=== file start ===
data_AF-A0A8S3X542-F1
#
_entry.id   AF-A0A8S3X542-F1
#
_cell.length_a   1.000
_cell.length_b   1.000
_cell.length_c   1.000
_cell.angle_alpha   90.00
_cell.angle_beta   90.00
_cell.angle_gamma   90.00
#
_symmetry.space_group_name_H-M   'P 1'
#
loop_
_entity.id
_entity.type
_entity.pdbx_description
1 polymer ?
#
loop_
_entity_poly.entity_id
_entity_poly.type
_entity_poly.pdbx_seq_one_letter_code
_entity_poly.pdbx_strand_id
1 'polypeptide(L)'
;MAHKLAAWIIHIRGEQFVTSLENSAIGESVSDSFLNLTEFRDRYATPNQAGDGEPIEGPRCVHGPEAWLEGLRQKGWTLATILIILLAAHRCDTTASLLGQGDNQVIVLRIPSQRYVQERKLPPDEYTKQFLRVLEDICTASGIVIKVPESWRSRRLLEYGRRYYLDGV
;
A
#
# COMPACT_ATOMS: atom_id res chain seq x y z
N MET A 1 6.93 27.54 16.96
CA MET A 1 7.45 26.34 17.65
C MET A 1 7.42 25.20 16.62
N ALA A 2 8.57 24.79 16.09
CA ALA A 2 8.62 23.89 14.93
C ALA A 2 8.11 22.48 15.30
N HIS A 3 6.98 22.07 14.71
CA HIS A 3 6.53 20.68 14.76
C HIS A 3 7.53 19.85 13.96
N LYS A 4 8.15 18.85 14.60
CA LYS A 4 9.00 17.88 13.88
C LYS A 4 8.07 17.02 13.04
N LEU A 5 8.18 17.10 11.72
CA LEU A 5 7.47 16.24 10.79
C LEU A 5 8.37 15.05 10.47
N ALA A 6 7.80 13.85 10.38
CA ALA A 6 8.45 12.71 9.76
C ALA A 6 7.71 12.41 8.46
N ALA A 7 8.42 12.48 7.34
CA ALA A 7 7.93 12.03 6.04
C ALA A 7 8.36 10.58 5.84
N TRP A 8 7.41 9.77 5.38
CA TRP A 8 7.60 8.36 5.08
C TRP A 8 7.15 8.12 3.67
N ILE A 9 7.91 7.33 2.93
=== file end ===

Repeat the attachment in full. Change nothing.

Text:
data_AF-A0A8S3X542-F1
#
_entry.id   AF-A0A8S3X542-F1
#
_cell.length_a   1.000
_cell.length_b   1.000
_cell.length_c   1.000
_cell.angle_alpha   90.00
_cell.angle_beta   90.00
_cell.angle_gamma   90.00
#
_symmetry.space_group_name_H-M   'P 1'
#
loop_
_entity.id
_entity.type
_entity.pdbx_description
1 polymer ?
#
loop_
_entity_poly.entity_id
_entity_poly.type
_entity_poly.pdbx_seq_one_letter_code
_entity_poly.pdbx_strand_id
1 'polypeptide(L)'
;MAHKLAAWIIHIRGEQFVTSLENSAIGESVSDSFLNLTEFRDRYATPNQAGDGEPIEGPRCVHGPEAWLEGLRQKGWTLATILIILLAAHRCDTTASLLGQGDNQVIVLRIPSQRYVQERKLPPDEYTKQFLRVLEDICTASGIVIKVPESWRSRRLLEYGRRYYLDGV
;
A
#
# COMPACT_ATOMS: atom_id res chain seq x y z
N MET A 1 6.93 27.54 16.96
CA MET A 1 7.45 26.34 17.65
C MET A 1 7.42 25.20 16.62
N ALA A 2 8.57 24.79 16.09
CA ALA A 2 8.62 23.89 14.93
C ALA A 2 8.11 22.48 15.30
N HIS A 3 6.98 22.07 14.71
CA HIS A 3 6.53 20.68 14.76
C HIS A 3 7.53 19.85 13.96
N LYS A 4 8.15 18.85 14.60
CA LYS A 4 9.00 17.88 13.88
C LYS A 4 8.07 17.02 13.04
N LEU A 5 8.18 17.10 11.72
CA LEU A 5 7.47 16.24 10.79
C LEU A 5 8.37 15.05 10.47
N ALA A 6 7.80 13.85 10.38
CA ALA A 6 8.45 12.71 9.76
C ALA A 6 7.71 12.41 8.46
N ALA A 7 8.42 12.48 7.34
CA ALA A 7 7.93 12.03 6.04
C ALA A 7 8.36 10.58 5.84
N TRP A 8 7.41 9.77 5.38
CA TRP A 8 7.60 8.36 5.08
C TRP A 8 7.15 8.12 3.67
N ILE A 9 7.91 7.33 2.93